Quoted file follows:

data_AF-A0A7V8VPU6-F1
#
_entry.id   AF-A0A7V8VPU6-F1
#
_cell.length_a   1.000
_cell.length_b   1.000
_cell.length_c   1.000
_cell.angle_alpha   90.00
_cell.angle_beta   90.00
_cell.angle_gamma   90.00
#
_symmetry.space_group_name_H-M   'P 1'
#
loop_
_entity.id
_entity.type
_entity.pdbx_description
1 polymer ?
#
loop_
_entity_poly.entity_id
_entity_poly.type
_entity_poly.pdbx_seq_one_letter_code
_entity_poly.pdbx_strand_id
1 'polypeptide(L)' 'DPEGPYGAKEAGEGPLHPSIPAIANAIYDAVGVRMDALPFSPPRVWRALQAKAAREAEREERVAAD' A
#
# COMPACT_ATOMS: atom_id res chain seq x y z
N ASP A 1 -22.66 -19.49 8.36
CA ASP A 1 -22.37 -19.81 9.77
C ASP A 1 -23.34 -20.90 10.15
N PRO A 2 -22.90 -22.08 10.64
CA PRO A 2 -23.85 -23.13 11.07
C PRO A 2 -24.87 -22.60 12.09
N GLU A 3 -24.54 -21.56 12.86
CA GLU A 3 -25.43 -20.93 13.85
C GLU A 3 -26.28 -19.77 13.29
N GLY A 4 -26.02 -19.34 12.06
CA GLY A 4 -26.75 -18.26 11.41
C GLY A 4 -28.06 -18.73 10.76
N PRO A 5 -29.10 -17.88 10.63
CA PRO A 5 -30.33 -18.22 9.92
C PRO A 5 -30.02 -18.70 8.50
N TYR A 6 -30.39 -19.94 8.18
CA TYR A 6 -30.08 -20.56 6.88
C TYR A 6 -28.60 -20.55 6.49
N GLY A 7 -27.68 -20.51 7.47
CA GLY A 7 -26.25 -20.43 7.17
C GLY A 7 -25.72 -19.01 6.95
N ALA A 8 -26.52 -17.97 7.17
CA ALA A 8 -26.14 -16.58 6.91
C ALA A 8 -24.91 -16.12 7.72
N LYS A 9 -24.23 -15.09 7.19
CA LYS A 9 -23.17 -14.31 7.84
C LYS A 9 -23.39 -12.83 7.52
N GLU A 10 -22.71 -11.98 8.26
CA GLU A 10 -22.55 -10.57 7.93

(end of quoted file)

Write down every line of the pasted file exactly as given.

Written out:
data_AF-A0A7V8VPU6-F1
#
_entry.id   AF-A0A7V8VPU6-F1
#
_cell.length_a   1.000
_cell.length_b   1.000
_cell.length_c   1.000
_cell.angle_alpha   90.00
_cell.angle_beta   90.00
_cell.angle_gamma   90.00
#
_symmetry.space_group_name_H-M   'P 1'
#
loop_
_entity.id
_entity.type
_entity.pdbx_description
1 polymer ?
#
loop_
_entity_poly.entity_id
_entity_poly.type
_entity_poly.pdbx_seq_one_letter_code
_entity_poly.pdbx_strand_id
1 'polypeptide(L)' 'DPEGPYGAKEAGEGPLHPSIPAIANAIYDAVGVRMDALPFSPPRVWRALQAKAAREAEREERVAAD' A
#
# COMPACT_ATOMS: atom_id res chain seq x y z
N ASP A 1 -22.66 -19.49 8.36
CA ASP A 1 -22.37 -19.81 9.77
C ASP A 1 -23.34 -20.90 10.15
N PRO A 2 -22.90 -22.08 10.64
CA PRO A 2 -23.85 -23.13 11.07
C PRO A 2 -24.87 -22.60 12.09
N GLU A 3 -24.54 -21.56 12.86
CA GLU A 3 -25.43 -20.93 13.85
C GLU A 3 -26.28 -19.77 13.29
N GLY A 4 -26.02 -19.34 12.06
CA GLY A 4 -26.75 -18.26 11.41
C GLY A 4 -28.06 -18.73 10.76
N PRO A 5 -29.10 -17.88 10.63
CA PRO A 5 -30.33 -18.22 9.92
C PRO A 5 -30.02 -18.70 8.50
N TYR A 6 -30.39 -19.94 8.18
CA TYR A 6 -30.08 -20.56 6.88
C TYR A 6 -28.60 -20.55 6.49
N GLY A 7 -27.68 -20.51 7.47
CA GLY A 7 -26.25 -20.43 7.17
C GLY A 7 -25.72 -19.01 6.95
N ALA A 8 -26.52 -17.97 7.17
CA ALA A 8 -26.14 -16.58 6.91
C ALA A 8 -24.91 -16.12 7.72
N LYS A 9 -24.23 -15.09 7.19
CA LYS A 9 -23.17 -14.31 7.84
C LYS A 9 -23.39 -12.83 7.52
N GLU A 10 -22.71 -11.98 8.26
CA GLU A 10 -22.55 -10.57 7.93